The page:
Comments Sheet【FR1】 February 27, 2014 Title of the Project Research Term
Long-term Sustainability through Place-Based, Small-scale Economies: Approaches from Historical Ecology FR1
General advice and comments of the PEC: The PEC noted strong progress in the research, in particular in collecting archeological data. This is a major achievement. There is, however, a pervasive view among PEC members that the integration of the teams and strands of work, with different goals, is a major challenge, especially in view of the short time frame. There does not seem to be an articulated methodology for bringing the strands together. The sharpening of concepts could be useful here. This includes terms central to the project conceptualization such as subsistence, sustainability, small-scale, range of exchange, locality, and the relation between food diversity and resilience. Coherent integration of the archeological work and the contemporary work ultimately will depend on the strength of the concepts used. Some members voiced lingering concerns about how to conceptualize contemporary small-scale economies (which are open systems) in the context of large food systems, national economies and globalization. It might be considered to invite one or two PEC members with relevant expertise to engage more with the project and provide in-depth advice.
Reply We are pleased to hear that the Project Evaluation Committee (PEC) evaluated the progress of our research in a positive manner. Below are our replies to the four main concerns expressed by the General comments from PEC: 1. Integration of the Three Research Groups: Our project proposes that diversity, network, and scale are the three key concepts to understand the long-term sustainability of socioeconomic systems. This
theoretical framework will provide a conceptual link between the three research groups, enabling at the same time the sharing of the projects’ core questions. Our main hypothesis is that a highly specialized subsistence strategy can support a larger community for a short period of time, but a decrease in subsistence and food diversity makes the production system and its associated community more vulnerable in the long-run. The first research group (Longue Durée Group) is testing our main hypothesis by making use of the unique long-term perspective offered by the archaeological data from northern Japan, California, and other parts of the North Pacific Rim. The second group (Contemporary Society Group) is aiming to identify, via interviews, surveys, and biological/chemical studies, the advantages and challenges faced by contemporary small-scale food producers (farming and fishing communities as well as indigenous communities) during and after the mid-20th century. This group will also discuss and evaluate the future of these communities in an increasingly globalized world. The third research group (the Implementation, Outreach and Policy Proposal Group) is a natural extension of several sub-projects of the Longue Dureé and the Contemporary Society Groups. It will provide concrete suggestions inspired from the research output, promote small-scale food production, and also identify environmental problems caused by large-scale production and solutions to mitigate these. In short, the activities of the three research groups complement each other from the research to the outreach/implementation stage of the project. 2. Sharpening of the key concepts: Most of the key concepts are defined in our Year 1 report. For the purposes of this project, a “small-scale economy” is defined not solely on the basis of the absolute size of the economic unit, but rather in terms of the relative scale of food production within a given socioeconomic context. Our definition of small-scale economy addresses the range of networks that enable food production, distribution, and consumption in a given locality without precluding links to the outside economy. The importance of local autonomy based on place-based production and consumption (chisan-chisho) is also a key when studying the resilience of relatively small-scale economic systems.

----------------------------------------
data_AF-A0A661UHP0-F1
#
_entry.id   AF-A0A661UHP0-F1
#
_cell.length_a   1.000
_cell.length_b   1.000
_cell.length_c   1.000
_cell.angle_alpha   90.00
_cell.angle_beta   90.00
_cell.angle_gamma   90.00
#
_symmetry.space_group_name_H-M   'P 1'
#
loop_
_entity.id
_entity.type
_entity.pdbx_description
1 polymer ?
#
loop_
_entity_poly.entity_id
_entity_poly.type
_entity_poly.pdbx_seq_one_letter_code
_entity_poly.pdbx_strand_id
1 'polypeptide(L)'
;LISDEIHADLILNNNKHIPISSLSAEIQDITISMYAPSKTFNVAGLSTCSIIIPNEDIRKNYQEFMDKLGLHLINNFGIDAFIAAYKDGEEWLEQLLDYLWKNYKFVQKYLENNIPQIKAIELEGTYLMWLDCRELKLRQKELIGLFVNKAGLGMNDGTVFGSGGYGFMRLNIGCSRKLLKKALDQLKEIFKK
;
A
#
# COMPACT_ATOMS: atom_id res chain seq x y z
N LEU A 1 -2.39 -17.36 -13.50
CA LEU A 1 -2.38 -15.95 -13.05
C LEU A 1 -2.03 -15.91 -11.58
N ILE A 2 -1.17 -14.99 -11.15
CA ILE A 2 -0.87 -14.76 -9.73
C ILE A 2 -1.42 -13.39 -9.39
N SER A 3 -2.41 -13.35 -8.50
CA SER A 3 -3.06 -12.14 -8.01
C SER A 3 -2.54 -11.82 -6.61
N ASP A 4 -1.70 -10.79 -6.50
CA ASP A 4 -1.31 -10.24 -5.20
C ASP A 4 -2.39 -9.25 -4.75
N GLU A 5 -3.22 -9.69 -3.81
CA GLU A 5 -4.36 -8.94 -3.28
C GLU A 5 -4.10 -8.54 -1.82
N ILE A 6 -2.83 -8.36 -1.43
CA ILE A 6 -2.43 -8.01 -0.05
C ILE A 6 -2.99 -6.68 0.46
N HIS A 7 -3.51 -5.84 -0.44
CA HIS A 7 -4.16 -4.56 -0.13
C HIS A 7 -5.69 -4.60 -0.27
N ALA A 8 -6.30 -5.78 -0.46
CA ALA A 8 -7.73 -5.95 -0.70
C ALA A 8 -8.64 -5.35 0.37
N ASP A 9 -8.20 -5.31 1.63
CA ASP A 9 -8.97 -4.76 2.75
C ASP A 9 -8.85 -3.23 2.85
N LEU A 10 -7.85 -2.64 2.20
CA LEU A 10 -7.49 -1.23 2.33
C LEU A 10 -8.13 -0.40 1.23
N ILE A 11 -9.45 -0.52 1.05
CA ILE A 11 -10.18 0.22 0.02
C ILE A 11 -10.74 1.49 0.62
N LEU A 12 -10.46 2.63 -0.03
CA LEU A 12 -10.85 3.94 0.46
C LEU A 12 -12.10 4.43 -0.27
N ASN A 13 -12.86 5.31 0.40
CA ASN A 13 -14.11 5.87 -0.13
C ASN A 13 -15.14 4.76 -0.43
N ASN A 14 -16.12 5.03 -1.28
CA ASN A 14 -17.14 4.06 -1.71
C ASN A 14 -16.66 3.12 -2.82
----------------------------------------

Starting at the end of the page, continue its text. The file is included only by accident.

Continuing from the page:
Resilience is defined as “the capacity of a system to absorb
disturbance and still retain its basic function and structure.” Sustainability is defined as “the capacity to create, test, and maintain adaptive capability.” Food and subsistence diversity can be measured in multiple ways, but, in each sub-project, we will make it clear how diversity is measured and why a certain measure is more appropriate than the others in the context of the each sub-project. 3. Concerns about how to conceptualize contemporary small-scale economies (which are open systems) in the context of large food systems, national economies and globalization: As indicated in our report, being connected in an open economic system is a different matter from the smallness of the scale of food production and consumption at the level of individual communities. It should also be emphasized that globalization is not necessarily a new phenomenon, and that past small-scale communities were also linked to the larger outside societies. The difference is the intensity and the speed of the linkage. Our preliminary results suggest that even in contemporary
societies there are practices and resource uses that are implemented at a local level without being directly converted to large-scale market economy.
Our research so far has revealed that this is
especially the case in Japan, where a large number of small-scale food producers are still active. 4. Invite one or two PEC members with relevant expertise to engage more with the project: We will be happy to do so, and we have started talking with several PEC members.